At times it seems like the sheer magnitude of bad news about ObamaCare can redound to its own benefit. It’s easy for individual pieces of bad news to get lost in the sea of failure that has characterized the Obama administration’s signature “achievement.” That might be the case with the most important story to appear about ObamaCare this week, from Tuesday’s edition of the New York Times.
The paper reported that the Obama administration has ruled that the federal health-care program be exempted from the category of laws considered “federal health care programs.” Now, this is obviously dishonest: the federal government is running insurance exchanges, funding health-care subsidies under the law, and employing federal workers to help manage the law–all of which are clearly “federal health care programs.” So why would the administration choose not to label them according to observable reality? Because, as the Times explained, this decision–believe it or not–exempts ObamaCare from kickback restrictions and anti-fraud protections:
The surprise decision, disclosed last week, exempts subsidized health insurance from a law that bans rebates, kickbacks, bribes and certain other financial arrangements in federal health programs, stripping law enforcement of a powerful tool used to fight fraud in other health care programs, like Medicare.
The main purpose of the anti-kickback law, as described by federal courts in scores of Medicare cases, is to protect patients and taxpayers against the undue influence of money on medical decisions. …
Under the Affordable Care Act, millions of people will be able to buy insurance from “qualified health plans” offered on exchanges, or marketplaces, run by the federal government and by some states.
Most of the buyers are expected to be eligible for subsidies to make insurance more affordable. The subsidies, paid directly to insurers from the United States Treasury, start in January and are expected to total more than $1 trillion over 10 years.
Ms. Sebelius said the Health and Human Services Department “does not consider” the subsidies to be federal health care programs. She reached the same conclusion with respect to federal and state exchanges, built with federal money, and with respect to “federally funded consumer assistance programs,” including the counselors, known as navigators, who help people shop for insurance and enroll in coverage through the exchanges.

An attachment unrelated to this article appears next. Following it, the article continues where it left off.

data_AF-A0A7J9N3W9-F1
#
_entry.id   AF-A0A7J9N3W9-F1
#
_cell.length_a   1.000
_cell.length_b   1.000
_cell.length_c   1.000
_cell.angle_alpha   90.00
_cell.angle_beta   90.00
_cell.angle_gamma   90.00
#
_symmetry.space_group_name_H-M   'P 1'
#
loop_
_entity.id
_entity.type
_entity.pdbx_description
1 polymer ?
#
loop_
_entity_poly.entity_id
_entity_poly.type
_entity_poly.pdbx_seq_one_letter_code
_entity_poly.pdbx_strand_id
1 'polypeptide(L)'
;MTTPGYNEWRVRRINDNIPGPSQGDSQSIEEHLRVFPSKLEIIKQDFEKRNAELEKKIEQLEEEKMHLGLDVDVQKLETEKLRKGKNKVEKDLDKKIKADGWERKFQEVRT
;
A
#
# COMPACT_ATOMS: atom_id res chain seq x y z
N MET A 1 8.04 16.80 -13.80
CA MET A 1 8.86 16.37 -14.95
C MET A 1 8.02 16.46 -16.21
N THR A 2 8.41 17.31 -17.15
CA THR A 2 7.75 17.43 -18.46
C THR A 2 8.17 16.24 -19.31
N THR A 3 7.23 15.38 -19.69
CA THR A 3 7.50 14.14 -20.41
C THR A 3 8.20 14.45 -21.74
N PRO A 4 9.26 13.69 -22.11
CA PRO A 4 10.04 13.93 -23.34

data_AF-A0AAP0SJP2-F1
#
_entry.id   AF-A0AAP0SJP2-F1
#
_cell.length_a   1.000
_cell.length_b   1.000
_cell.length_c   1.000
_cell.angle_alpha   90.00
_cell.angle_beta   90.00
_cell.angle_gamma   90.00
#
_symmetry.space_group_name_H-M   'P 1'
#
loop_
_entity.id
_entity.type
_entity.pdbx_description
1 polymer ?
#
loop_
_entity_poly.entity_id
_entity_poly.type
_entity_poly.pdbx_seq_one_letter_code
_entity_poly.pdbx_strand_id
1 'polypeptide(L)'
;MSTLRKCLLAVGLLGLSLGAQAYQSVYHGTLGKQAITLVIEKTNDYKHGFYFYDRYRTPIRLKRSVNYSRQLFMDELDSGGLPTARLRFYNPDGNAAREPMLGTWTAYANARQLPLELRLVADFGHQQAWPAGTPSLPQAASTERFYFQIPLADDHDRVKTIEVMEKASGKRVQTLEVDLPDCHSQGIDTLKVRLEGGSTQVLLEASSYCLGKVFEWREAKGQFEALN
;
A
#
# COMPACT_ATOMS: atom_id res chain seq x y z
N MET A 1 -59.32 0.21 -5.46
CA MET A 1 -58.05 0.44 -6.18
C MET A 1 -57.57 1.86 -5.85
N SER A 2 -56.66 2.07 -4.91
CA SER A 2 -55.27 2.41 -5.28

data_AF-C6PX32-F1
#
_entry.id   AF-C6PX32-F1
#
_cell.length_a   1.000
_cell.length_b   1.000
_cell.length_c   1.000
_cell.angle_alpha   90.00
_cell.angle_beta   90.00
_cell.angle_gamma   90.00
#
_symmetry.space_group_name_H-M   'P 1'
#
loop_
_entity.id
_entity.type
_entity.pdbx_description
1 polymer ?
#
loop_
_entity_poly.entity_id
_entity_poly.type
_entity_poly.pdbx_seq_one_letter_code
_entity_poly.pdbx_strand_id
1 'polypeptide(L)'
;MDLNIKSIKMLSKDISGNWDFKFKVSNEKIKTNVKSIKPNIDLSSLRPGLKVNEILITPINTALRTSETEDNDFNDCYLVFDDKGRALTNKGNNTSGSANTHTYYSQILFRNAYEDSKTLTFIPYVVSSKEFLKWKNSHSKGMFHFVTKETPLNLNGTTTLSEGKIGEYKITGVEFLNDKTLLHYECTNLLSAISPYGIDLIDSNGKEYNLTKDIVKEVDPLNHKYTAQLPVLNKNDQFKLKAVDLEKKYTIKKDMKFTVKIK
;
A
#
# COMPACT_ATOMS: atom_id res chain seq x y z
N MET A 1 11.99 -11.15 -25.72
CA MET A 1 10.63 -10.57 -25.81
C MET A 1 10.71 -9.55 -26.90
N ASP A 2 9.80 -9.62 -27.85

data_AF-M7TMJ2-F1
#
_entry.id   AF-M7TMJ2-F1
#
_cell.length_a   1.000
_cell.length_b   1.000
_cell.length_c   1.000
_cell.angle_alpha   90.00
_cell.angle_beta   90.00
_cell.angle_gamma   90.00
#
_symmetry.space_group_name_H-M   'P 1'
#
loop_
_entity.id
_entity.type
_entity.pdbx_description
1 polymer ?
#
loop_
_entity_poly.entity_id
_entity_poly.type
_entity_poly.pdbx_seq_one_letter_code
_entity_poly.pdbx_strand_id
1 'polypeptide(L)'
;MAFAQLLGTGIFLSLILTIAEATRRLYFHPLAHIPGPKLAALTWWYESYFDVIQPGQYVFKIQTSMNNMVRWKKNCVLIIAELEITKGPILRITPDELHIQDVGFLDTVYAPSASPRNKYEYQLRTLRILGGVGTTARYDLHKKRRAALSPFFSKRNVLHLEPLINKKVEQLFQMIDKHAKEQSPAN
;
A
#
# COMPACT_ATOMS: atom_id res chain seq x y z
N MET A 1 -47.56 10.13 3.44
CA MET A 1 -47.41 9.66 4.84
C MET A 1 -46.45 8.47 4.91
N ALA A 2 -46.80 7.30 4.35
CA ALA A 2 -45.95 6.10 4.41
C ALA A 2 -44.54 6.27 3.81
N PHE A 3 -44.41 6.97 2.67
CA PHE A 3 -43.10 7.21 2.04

This has two effects on the law: first, it encourages precisely the kickback schemes this statute was put in place to prevent; and second, it could easily produce an enormous financial burden on the government. The prescription drug “kickback” scheme is how federal law enforcement officials describe the practice in which drug companies give customers coupons to purchase their brand-name medications instead of lower-cost alternatives. The coupons reduce the cost for consumers, but not for insurers or government agencies paying out reimbursement costs. This creates a windfall for the drug companies at high cost to insurers and the government.
So why would the government actively facilitate corruption under ObamaCare, especially at the risk of ballooning its own costs and collapsing its budget estimates?
The answer has to do with the revelations of major drug companies’ cooperation with President Obama on shepherding ObamaCare to the finish line. In June 2012, the Wall Street Journal explained how this particular partnership formed. In 2009, drug companies were concerned that an Obama-led health-care reform effort would emphasize price controls and re-importation allowance–the latter being the process by which drugs sold cheaper abroad could be re-sold here, a case of foreign quasi-socialist health-care systems undermining the market forces in the U.S. that enable companies to be able to conduct the research and development that produces the drugs in the first place.
The administration worked out a deal with the pharmaceutical giants, but then Democratic Representative Henry Waxman demanded further concessions from the drug industry. The White House stepped in to protect them, and the drug companies responded with more pro-ObamaCare advertising.
That appeared to be the extent of the already-nauseating crony capitalism at the heart of ObamaCare. But the Times story suggests otherwise. And the inconsistency is the giveaway: the Justice Department is prosecuting high-profile companies (like Johnson & Johnson) for a practice the government plainly considers an illegal kickback scheme. And yet now that same government is giving the green light to the practice, which will be a financial boon to the companies that helped ObamaCare pass in the first place.